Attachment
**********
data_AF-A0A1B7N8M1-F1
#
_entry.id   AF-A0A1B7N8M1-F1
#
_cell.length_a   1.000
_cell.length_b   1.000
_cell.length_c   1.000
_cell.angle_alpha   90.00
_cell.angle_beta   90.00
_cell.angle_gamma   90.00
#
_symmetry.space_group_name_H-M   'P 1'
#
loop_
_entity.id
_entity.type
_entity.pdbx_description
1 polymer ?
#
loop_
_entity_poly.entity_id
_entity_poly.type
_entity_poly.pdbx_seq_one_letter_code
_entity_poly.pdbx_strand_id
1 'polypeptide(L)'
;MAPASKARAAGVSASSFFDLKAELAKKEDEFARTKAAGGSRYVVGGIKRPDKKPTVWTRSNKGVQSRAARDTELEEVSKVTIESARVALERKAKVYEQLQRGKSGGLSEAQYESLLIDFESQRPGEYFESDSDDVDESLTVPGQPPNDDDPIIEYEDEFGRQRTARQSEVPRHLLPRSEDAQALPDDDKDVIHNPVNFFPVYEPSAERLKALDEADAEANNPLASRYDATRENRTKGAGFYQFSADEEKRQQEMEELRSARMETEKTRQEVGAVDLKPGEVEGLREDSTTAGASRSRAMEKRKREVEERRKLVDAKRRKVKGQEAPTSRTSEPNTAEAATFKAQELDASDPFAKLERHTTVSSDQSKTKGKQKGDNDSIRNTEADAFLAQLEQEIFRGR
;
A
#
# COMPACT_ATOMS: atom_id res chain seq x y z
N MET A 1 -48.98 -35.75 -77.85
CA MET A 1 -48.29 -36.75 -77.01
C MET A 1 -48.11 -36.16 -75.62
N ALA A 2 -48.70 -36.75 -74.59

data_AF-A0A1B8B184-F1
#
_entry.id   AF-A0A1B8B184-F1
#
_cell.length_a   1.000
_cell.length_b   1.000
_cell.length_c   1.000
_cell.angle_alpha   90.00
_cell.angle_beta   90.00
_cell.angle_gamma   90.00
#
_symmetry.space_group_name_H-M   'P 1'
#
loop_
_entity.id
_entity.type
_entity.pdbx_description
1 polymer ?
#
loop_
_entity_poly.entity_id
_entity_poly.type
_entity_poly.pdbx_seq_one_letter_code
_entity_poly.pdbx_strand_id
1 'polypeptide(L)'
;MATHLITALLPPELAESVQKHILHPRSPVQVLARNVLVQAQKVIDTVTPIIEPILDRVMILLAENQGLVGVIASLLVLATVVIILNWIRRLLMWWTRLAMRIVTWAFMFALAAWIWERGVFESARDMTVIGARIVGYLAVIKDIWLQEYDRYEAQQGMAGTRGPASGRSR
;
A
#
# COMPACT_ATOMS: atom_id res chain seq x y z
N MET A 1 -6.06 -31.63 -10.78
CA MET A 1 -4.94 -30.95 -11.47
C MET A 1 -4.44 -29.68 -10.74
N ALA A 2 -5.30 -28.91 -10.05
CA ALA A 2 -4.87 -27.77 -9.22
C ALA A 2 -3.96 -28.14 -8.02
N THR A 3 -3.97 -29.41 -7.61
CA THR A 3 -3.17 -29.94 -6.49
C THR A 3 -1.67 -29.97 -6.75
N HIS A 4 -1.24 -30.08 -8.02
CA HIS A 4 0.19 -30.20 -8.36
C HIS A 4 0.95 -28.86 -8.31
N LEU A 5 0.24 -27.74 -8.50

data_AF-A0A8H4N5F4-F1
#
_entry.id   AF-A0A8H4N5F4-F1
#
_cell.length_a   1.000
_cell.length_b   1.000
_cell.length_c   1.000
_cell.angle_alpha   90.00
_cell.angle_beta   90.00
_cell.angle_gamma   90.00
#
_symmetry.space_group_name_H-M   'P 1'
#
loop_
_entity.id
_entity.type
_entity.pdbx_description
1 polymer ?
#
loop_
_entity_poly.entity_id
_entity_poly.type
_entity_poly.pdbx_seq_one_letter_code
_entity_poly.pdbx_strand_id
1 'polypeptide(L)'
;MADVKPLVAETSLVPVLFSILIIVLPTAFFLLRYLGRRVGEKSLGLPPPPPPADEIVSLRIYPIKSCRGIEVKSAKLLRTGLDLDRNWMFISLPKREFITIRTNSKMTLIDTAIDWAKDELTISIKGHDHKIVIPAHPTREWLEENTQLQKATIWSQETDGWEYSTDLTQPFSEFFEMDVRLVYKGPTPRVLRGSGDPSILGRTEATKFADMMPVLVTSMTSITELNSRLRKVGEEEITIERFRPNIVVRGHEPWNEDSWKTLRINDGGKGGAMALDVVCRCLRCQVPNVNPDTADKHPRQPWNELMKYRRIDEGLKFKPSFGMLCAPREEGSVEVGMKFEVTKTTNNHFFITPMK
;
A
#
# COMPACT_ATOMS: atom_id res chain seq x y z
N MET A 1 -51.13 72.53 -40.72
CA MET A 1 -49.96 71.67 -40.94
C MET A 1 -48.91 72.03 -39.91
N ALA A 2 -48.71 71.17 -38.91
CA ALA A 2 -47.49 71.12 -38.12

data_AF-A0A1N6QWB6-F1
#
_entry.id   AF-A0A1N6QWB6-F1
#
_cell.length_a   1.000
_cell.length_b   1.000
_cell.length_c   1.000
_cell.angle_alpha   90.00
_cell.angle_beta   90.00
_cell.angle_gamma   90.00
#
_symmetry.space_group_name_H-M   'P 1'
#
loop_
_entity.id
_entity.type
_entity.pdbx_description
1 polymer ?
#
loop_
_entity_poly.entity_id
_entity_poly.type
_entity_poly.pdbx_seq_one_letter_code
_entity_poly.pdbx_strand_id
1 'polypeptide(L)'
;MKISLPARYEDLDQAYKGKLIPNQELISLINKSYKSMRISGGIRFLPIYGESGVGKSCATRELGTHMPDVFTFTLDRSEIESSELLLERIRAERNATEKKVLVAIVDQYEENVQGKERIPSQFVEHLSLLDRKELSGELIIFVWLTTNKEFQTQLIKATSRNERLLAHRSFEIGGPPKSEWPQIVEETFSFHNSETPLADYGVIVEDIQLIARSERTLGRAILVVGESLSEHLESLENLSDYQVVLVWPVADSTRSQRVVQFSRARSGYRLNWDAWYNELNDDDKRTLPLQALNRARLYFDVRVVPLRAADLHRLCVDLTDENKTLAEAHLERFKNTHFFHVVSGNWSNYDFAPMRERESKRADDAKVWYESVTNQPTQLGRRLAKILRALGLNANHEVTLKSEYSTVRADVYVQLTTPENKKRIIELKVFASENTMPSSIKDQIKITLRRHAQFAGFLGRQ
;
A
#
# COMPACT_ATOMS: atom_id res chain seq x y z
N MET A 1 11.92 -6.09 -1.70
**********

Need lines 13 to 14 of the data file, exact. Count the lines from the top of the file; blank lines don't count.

#
loop_